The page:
## 2. Theory

#### 2.1 Generalization of Ruppin’s theory to a charged sphere

In Ruppin’s theory, the full electrodynamics of the scattering of a harmonically emitting dipole from a sphere has been worked out with the scattered and transmitted fields (into the sphere) expanded in terms of the vector spherical waves and the well-known Mie coefficients [18]. In deriving his solutions, Ruppin had applied the ordinary boundary conditions with the tangential components of *both* the electric and magnetic fields to be continuous:

However, in the presence of extraneous surface charges on the sphere, shown in Fig. 1, the condition in Eq. (2) must be modified to account for the free current ($K$) arising from the interaction of these charges with the external field:

To study how this will modify Ruppin’s results, it turns out that it is not necessary to solve the boundary value problem with a dipole source starting from the beginning, since the same problem with an incident plane wave has already been worked out in the literature [7].

In their pioneering work, Bohren and Hunt had extended the classic Mie theory for an incident plane wave with the boundary conditions (1) and (3) implemented and correlated by introducing a parameter known as surface conductivity via Ohm’s law: $K={\sigma}_{S}{E}_{1t}={\sigma}_{S}{E}_{2t}.$ The results from this generalized Lorenz-Mie theory [7] show that all one has to do for the charged sphere scattering is to replace the various Mie coefficients to include the contributions from this surface conductivity. For example, the standard Mie scattering coefficients will now take the following form [7]:

Now the observation is that in Ruppin’s original solution to the dipole-sphere problem, the fields are all expanded in terms of the vector spherical waves modulated by a dipole source term. When the conditions (1) and (2) are matched across the sphere boundary, the expansion coefficients are found to be the same as those in the original plane wave Lorenz-Mie theory [18]. Hence if one were to generalize the theory of Bohren and Hunt [7] to the case of an emitting dipole interacting with a charged sphere, one can imagine that the same algorithm as Ruppin’s can simply be applied leading to identical results as in Ruppin’s theory with the standard Mie coefficients replaced by those in Eqs. (4) and (5) to account for the effects of the surface charges. We thus in the following simply apply Ruppin’s results together with Eqs. (4) and (5) to study the charge effects on molecular fluorescence near a non-neutral MNP.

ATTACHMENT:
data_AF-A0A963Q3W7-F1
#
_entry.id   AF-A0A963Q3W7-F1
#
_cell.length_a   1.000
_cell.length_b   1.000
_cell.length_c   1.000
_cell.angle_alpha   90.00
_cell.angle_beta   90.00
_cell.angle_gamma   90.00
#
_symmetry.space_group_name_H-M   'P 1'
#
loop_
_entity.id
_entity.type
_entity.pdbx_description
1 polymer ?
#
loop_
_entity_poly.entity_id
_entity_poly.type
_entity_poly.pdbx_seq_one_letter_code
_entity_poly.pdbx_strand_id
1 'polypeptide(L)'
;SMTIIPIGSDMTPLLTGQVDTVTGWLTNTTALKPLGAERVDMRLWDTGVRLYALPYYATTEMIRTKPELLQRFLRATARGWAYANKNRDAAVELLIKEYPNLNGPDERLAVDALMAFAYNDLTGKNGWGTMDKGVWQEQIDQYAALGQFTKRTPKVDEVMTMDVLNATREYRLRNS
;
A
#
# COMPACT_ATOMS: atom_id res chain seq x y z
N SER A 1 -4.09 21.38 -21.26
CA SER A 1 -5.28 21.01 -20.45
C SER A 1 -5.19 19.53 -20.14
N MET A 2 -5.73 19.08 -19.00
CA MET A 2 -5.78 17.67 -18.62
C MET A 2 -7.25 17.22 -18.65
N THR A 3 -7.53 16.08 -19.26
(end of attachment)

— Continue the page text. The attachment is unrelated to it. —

#### 2.2 Calculation of fluorescence characteristics

As explained above, fluorescence is governed by two relatively independent processes (absorption and emission), one can thus introduce a MNP-modified fluorescence rate as follows [19]:

Since for a dipole-sphere system, the quantities in Eqs. (6) and (7) have all been worked out in the literature starting from Ruppin’s work [18] for an uncharged sphere, we simply collect some of these in the following [18, 20, 21], where we have assumed the molecular intrinsic quantum yield to be unity for simplicity [19]. For a radial oriented dipole, we have: